The grabber is made from a simple SDR kit, the Soft66Lite, a Behringer UCA202 USB sound card and an old P4 desktop. The SDR receiver is SDR# and the FFT processing and display software is PA2OHHs analysis program LOPORAv2. The SDR radio has a crystal frequency of 20.250Mhz with a piece of copper soldered to it, inside a homebrew crystal oven.
Grabber status: Back online!
10 minute grab Stacking: Peak values | Average values
30 minute grab Stacking: Peak values | Average values
00:00 | 00:30 | 01:00 | 01:30 | 02:00 | 02:30 | 03:00 | 03:30 | 04:00 | 04:30 | 05:00 | 05:30 | 06:00 | 06:30 | 07:00 | 07:30
08:00 | 08:30 | 09:00 | 09:30 | 10:00 | 10:30 | 11:00 | 11:30 | 12:00 | 12:30 | 13:00 | 13:30 | 14:00 | 14:30 | 15:00 | 15:30
16:00 | 16:30 | 17:00 | 17:30 | 18:00 | 18:30 | 19:00 | 19:30 | 20:00 | 20:30 | 21:00 | 21:30 | 22:00 | 22:30 | 23:00 | 23:30
The crystal oven was attached to the underside of the PCB. The crystal was folded over, grounded at one end, then a piece of copper was soldered on top. A 50R thermistor and two 100R resistors were glued to the copper. The control circuit is very simple, the 50R thermistor, 220 ohm and 47 ohm resistors form a potential divider across the 5V supply. The 47 ohm resistor raises the voltage across the thermistor so the transistor switches off at a hotter temperature. This turns on and off the 2SC1815 transistor which controls the 12V supply to the heater resistors. With a 100R thermistor and a single heater resistor, the component count could be reduced to four. A small plastic case made from scraps was glued together and placed over the circuit.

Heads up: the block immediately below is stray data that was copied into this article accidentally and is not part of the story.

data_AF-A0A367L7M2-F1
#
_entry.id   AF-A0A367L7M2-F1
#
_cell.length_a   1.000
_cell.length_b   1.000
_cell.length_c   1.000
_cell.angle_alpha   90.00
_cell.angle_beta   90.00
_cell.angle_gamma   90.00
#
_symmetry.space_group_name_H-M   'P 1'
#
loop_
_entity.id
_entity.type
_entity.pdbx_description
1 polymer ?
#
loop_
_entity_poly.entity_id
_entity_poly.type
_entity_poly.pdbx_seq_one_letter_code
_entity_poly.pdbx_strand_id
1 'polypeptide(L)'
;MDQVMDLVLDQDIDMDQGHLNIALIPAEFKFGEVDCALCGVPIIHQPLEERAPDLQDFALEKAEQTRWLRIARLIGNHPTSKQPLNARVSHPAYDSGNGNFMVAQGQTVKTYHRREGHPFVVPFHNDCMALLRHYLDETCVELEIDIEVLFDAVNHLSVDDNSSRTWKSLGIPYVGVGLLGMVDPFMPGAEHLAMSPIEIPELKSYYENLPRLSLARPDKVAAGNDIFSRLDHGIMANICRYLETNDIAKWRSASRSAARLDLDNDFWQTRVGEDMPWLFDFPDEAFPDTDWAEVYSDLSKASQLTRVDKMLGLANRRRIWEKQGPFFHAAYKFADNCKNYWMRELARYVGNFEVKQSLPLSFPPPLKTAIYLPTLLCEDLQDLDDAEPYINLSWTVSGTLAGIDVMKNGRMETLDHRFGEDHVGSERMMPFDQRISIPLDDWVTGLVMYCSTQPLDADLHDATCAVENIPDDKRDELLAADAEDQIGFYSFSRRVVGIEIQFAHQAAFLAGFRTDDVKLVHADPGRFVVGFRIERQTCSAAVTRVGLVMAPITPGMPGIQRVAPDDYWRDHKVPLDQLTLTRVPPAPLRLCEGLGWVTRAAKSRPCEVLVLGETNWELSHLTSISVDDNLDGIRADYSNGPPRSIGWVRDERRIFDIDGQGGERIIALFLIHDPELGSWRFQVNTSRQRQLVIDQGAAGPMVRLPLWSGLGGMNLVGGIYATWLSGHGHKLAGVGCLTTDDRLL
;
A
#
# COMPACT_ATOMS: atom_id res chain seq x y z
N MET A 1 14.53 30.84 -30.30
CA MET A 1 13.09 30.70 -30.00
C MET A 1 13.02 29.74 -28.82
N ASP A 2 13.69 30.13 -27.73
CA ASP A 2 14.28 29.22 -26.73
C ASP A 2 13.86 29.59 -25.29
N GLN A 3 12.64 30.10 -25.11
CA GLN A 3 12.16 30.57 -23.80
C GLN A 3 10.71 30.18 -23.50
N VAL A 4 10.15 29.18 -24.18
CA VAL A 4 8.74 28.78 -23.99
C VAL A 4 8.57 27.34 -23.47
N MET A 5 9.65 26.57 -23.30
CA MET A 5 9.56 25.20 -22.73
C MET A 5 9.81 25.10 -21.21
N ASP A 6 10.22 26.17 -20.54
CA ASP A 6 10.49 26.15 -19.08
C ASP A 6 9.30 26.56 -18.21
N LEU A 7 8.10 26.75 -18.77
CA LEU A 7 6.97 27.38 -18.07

The following two photos show the SDR receiver connected up on the workbench and the development setup.
The grabber was installed into a small aluminium case, the same type as the beacon.
The antenna is 1m diameter magnetic loop, near ground level.
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